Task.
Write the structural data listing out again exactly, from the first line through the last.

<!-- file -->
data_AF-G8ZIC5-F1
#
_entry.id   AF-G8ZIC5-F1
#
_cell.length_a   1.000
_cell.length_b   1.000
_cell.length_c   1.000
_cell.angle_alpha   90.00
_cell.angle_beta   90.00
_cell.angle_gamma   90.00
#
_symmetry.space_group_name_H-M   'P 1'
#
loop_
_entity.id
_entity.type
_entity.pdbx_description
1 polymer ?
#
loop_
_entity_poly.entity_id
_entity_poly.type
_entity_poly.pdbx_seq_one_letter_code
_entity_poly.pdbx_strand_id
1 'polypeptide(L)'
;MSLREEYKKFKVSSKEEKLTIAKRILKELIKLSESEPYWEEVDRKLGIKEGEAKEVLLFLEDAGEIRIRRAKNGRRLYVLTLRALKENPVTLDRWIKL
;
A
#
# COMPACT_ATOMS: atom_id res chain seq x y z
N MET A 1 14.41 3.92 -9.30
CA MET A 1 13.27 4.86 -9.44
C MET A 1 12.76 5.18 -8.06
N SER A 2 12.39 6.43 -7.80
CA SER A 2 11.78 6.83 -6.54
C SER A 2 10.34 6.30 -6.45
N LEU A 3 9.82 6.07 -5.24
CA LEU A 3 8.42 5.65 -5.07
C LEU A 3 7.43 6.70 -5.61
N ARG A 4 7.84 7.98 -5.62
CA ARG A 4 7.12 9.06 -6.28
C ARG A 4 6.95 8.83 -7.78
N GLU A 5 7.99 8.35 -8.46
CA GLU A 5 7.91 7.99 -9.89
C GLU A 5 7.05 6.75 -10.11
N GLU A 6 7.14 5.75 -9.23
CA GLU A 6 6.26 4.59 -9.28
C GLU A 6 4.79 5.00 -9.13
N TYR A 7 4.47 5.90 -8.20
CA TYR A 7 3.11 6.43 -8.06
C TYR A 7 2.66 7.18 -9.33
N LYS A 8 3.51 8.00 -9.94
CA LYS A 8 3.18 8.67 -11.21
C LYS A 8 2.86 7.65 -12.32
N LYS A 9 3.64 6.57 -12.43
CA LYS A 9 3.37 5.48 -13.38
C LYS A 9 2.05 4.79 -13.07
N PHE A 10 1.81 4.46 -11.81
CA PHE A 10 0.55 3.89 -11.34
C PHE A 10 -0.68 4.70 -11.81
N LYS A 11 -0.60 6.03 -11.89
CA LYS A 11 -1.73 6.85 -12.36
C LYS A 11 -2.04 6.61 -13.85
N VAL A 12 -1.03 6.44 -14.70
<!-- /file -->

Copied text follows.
data_AF-G8ZIC5-F1
#
_entry.id   AF-G8ZIC5-F1
#
_cell.length_a   1.000
_cell.length_b   1.000
_cell.length_c   1.000
_cell.angle_alpha   90.00
_cell.angle_beta   90.00
_cell.angle_gamma   90.00
#
_symmetry.space_group_name_H-M   'P 1'
#
loop_
_entity.id
_entity.type
_entity.pdbx_description
1 polymer ?
#
loop_
_entity_poly.entity_id
_entity_poly.type
_entity_poly.pdbx_seq_one_letter_code
_entity_poly.pdbx_strand_id
1 'polypeptide(L)'
;MSLREEYKKFKVSSKEEKLTIAKRILKELIKLSESEPYWEEVDRKLGIKEGEAKEVLLFLEDAGEIRIRRAKNGRRLYVLTLRALKENPVTLDRWIKL
;
A
#
# COMPACT_ATOMS: atom_id res chain seq x y z
N MET A 1 14.41 3.92 -9.30
CA MET A 1 13.27 4.86 -9.44
C MET A 1 12.76 5.18 -8.06
N SER A 2 12.39 6.43 -7.80
CA SER A 2 11.78 6.83 -6.54
C SER A 2 10.34 6.30 -6.45
N LEU A 3 9.82 6.07 -5.24
CA LEU A 3 8.42 5.65 -5.07
C LEU A 3 7.43 6.70 -5.61
N ARG A 4 7.84 7.98 -5.62
CA ARG A 4 7.12 9.06 -6.28
C ARG A 4 6.95 8.83 -7.78
N GLU A 5 7.99 8.35 -8.46
CA GLU A 5 7.91 7.99 -9.89
C GLU A 5 7.05 6.75 -10.11
N GLU A 6 7.14 5.75 -9.23
CA GLU A 6 6.26 4.59 -9.28
C GLU A 6 4.79 5.00 -9.13
N TYR A 7 4.47 5.90 -8.20
CA TYR A 7 3.11 6.43 -8.06
C TYR A 7 2.66 7.18 -9.33
N LYS A 8 3.51 8.00 -9.94
CA LYS A 8 3.18 8.67 -11.21
C LYS A 8 2.86 7.65 -12.32
N LYS A 9 3.64 6.57 -12.43
CA LYS A 9 3.37 5.48 -13.38
C LYS A 9 2.05 4.79 -13.07
N PHE A 10 1.81 4.46 -11.81
CA PHE A 10 0.55 3.89 -11.34
C PHE A 10 -0.68 4.70 -11.81
N LYS A 11 -0.60 6.03 -11.89
CA LYS A 11 -1.73 6.85 -12.36
C LYS A 11 -2.04 6.61 -13.85
N VAL A 12 -1.03 6.44 -14.70